WASHINGTON — WASHINGTON -- I used to wonder what the old, uh, ferrets of the newspaper business were talking about when they grew all wistful and blubbery about "the passing of an era." With the death of Art Buchwald, I no longer wonder. From at least the 1950s, he exemplified the brighter side of our business.
He died last week at age 81. In June, he checked out of a hospice where he said he had grown tired of waiting to die from kidney failure.
I didn't meet him until 2000, after he had suffered a stroke but had recovered well enough to resume writing his column. That was a lucky break for me, because it gave me the opportunity to personally tell him during a conference of newspaper editors how much I appreciated him. Reading the greats like Mr. Buchwald in high school made me want to be a columnist. Long before there was The Daily Show or Saturday Night Live, Mr. Buchwald was like Mad magazine, feeding my generation's adolescent need to poke fun at the pompous and powerful.
He was a humor columnist, which can be the toughest job in the newspaper field. Mr. Buchwald usually delivered, and he never stopped trying, right to the end and beyond. Fortune gave him enough time to turn out not only a farewell column but also a farewell book, Too Soon to Say Goodbye.
All of this followed a legendary career that included a 1982 Pulitzer Prize for commentary. That was more than 30 years after he talked his way into a nightlife column-writing job at the European edition of the New York Herald Tribune. He partied around Paris with swells of literature, politics and show business. Not bad for a poor kid from an orphanage who started both high school and college yet somehow never managed to finish either one.
At his best, his humor columns offered a prose version of an editorial cartoon, a parallel universe of caricatures. There was Horace Mud, president of the Smear and Dirty Production Co., which specialized in political "smear commercials." There was Peter Stone, who broke "the six-minute Louvre," the long-standing record for the world's quickest tour by any tourist through the great Paris art museum, "while thousands cheered."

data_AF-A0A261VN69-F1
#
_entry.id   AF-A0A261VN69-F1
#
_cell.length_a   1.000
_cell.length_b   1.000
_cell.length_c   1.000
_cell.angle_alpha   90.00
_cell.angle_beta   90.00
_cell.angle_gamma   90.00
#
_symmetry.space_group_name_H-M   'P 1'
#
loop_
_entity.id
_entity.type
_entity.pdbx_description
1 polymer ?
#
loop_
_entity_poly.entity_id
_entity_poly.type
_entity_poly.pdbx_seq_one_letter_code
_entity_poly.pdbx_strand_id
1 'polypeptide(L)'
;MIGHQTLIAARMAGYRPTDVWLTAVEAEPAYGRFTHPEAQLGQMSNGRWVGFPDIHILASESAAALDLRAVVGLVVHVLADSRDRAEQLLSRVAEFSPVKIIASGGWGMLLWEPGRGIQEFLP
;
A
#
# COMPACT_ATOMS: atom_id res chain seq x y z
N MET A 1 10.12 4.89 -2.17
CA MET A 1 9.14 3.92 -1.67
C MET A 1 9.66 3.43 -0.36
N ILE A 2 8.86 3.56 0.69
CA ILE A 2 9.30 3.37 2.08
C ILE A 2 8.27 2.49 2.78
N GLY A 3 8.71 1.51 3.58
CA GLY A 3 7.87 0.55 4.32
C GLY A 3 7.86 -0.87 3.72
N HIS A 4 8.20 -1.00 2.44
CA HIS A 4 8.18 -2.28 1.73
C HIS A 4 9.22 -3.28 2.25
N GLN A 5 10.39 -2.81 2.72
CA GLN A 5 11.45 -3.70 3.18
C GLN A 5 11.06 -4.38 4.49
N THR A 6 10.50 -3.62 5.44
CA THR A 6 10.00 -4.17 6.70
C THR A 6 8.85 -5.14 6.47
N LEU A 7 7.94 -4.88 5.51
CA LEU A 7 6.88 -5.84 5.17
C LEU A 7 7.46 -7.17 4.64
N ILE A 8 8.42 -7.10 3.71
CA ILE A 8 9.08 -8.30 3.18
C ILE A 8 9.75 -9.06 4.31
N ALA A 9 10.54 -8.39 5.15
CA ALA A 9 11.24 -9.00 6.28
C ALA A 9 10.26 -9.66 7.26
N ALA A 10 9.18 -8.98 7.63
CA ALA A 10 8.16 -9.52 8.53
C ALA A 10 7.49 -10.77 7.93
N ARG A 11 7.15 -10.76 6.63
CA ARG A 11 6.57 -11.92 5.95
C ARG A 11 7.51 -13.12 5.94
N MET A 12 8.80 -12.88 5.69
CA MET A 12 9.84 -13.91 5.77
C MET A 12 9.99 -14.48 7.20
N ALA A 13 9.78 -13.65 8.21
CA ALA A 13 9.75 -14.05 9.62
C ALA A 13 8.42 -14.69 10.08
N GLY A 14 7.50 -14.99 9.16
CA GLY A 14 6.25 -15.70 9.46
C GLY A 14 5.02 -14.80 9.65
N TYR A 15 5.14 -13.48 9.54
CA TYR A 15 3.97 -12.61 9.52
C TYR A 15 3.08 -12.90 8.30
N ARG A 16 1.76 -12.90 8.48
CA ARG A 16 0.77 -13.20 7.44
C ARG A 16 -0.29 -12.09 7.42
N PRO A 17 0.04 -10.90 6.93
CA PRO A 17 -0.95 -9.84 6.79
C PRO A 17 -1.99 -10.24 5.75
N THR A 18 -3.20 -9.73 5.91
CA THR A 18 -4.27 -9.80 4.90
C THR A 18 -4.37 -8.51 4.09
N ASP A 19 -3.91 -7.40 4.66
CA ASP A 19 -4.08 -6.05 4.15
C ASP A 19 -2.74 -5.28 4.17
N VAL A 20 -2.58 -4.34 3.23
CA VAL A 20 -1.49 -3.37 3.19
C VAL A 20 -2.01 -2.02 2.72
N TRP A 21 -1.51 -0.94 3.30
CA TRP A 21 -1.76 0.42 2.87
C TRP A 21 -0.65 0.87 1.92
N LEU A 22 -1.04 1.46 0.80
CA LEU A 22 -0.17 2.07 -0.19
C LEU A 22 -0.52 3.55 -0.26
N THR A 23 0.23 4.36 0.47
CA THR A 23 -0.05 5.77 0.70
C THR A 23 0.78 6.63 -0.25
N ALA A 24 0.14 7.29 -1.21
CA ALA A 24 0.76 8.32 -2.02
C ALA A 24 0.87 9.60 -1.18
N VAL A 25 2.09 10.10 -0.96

Critics said Mr. Buchwald was not as funny in his final days as he used to be. Maybe, but audiences have changed too. In the angry era of Ann Coulter, Rush Limbaugh, Michael Moore, Comedy Central and endless bloggers, Mr. Buchwald and Mad magazine have been overwhelmed by a flood of edgy humorists, some of whom have axes to grind. When the new media wannabes can't come up with true wit, they sometimes turn nasty. "I am big!" declared actress Gloria Swanson as Norma Desmond in the film Sunset Boulevard. "It's the pictures that got small!" Mr. Buchwald was big too. It's the political humor that got mean.
Mr. Buchwald didn't seem to mind. It was all grist for his imagination. "You can't make up anything anymore," he said. "The world itself is a satire. All you're doing is recording it."
In his final days, his most meaningful story proved to be him. Doctors told him his kidneys had failed. He tried dialysis and didn't like it. He checked into a hospice. A parade of celebrity friends and well-wishers streamed through. He gave interviews. He wrote the last of his more than 30 books. "I don't know if this is true or not, but I think some people, not many, are starting to wonder why I'm still around," he writes diary-like in his book. "In fact, a few are sending me get-well cards."
After several months, he checked out of the hospice, to spend his final days in Martha's Vineyard.
"If nothing else," he writes, "I know I made an awful lot of people happy."
Yes, he did. Mr. Buchwald's grand party is over. It is fortunate that at least some of us had a chance to tell him what a good time we had.
Clarence Page is a columnist for the Chicago Tribune. His column appears Tuesdays and Fridays in The Sun. His e-mail is firstname.lastname@example.org.